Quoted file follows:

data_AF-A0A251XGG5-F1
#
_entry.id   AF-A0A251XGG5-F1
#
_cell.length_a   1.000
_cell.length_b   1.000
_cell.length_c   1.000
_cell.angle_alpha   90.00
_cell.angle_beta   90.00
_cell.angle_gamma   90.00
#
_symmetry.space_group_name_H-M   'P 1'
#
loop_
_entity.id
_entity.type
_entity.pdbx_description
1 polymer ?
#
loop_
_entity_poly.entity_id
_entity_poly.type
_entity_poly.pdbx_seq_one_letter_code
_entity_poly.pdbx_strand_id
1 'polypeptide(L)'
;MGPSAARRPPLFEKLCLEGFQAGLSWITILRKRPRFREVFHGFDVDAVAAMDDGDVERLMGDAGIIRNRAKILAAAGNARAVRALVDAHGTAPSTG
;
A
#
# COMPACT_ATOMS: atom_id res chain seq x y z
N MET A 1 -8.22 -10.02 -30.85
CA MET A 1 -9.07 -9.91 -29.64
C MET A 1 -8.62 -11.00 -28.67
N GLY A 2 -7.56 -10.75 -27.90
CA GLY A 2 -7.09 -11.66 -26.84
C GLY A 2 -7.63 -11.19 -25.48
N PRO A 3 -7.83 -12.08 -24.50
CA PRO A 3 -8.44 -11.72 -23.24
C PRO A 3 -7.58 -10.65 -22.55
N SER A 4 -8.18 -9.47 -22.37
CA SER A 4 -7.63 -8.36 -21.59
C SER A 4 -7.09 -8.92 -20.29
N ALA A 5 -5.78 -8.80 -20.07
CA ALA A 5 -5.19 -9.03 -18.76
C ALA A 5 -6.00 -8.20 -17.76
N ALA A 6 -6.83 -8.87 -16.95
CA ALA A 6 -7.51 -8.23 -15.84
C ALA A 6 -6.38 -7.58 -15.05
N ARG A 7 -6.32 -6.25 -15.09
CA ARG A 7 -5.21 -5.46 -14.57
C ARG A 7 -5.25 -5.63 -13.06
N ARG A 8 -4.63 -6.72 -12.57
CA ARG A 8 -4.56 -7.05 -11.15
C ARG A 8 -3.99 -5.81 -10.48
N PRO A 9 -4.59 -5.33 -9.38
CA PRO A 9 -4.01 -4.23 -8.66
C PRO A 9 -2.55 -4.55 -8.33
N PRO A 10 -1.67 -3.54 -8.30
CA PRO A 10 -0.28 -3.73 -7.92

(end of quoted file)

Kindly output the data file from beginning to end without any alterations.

data_AF-A0A251XGG5-F1
#
_entry.id   AF-A0A251XGG5-F1
#
_cell.length_a   1.000
_cell.length_b   1.000
_cell.length_c   1.000
_cell.angle_alpha   90.00
_cell.angle_beta   90.00
_cell.angle_gamma   90.00
#
_symmetry.space_group_name_H-M   'P 1'
#
loop_
_entity.id
_entity.type
_entity.pdbx_description
1 polymer ?
#
loop_
_entity_poly.entity_id
_entity_poly.type
_entity_poly.pdbx_seq_one_letter_code
_entity_poly.pdbx_strand_id
1 'polypeptide(L)'
;MGPSAARRPPLFEKLCLEGFQAGLSWITILRKRPRFREVFHGFDVDAVAAMDDGDVERLMGDAGIIRNRAKILAAAGNARAVRALVDAHGTAPSTG
;
A
#
# COMPACT_ATOMS: atom_id res chain seq x y z
N MET A 1 -8.22 -10.02 -30.85
CA MET A 1 -9.07 -9.91 -29.64
C MET A 1 -8.62 -11.00 -28.67
N GLY A 2 -7.56 -10.75 -27.90
CA GLY A 2 -7.09 -11.66 -26.84
C GLY A 2 -7.63 -11.19 -25.48
N PRO A 3 -7.83 -12.08 -24.50
CA PRO A 3 -8.44 -11.72 -23.24
C PRO A 3 -7.58 -10.65 -22.55
N SER A 4 -8.18 -9.47 -22.37
CA SER A 4 -7.63 -8.36 -21.59
C SER A 4 -7.09 -8.92 -20.29
N ALA A 5 -5.78 -8.80 -20.07
CA ALA A 5 -5.19 -9.03 -18.76
C ALA A 5 -6.00 -8.20 -17.76
N ALA A 6 -6.83 -8.87 -16.95
CA ALA A 6 -7.51 -8.23 -15.84
C ALA A 6 -6.38 -7.58 -15.05
N ARG A 7 -6.32 -6.25 -15.09
CA ARG A 7 -5.21 -5.46 -14.57
C ARG A 7 -5.25 -5.63 -13.06
N ARG A 8 -4.63 -6.72 -12.57
CA ARG A 8 -4.56 -7.05 -11.15
C ARG A 8 -3.99 -5.81 -10.48
N PRO A 9 -4.59 -5.33 -9.38
CA PRO A 9 -4.01 -4.23 -8.66
C PRO A 9 -2.55 -4.55 -8.33
N PRO A 10 -1.67 -3.54 -8.30
CA PRO A 10 -0.28 -3.73 -7.92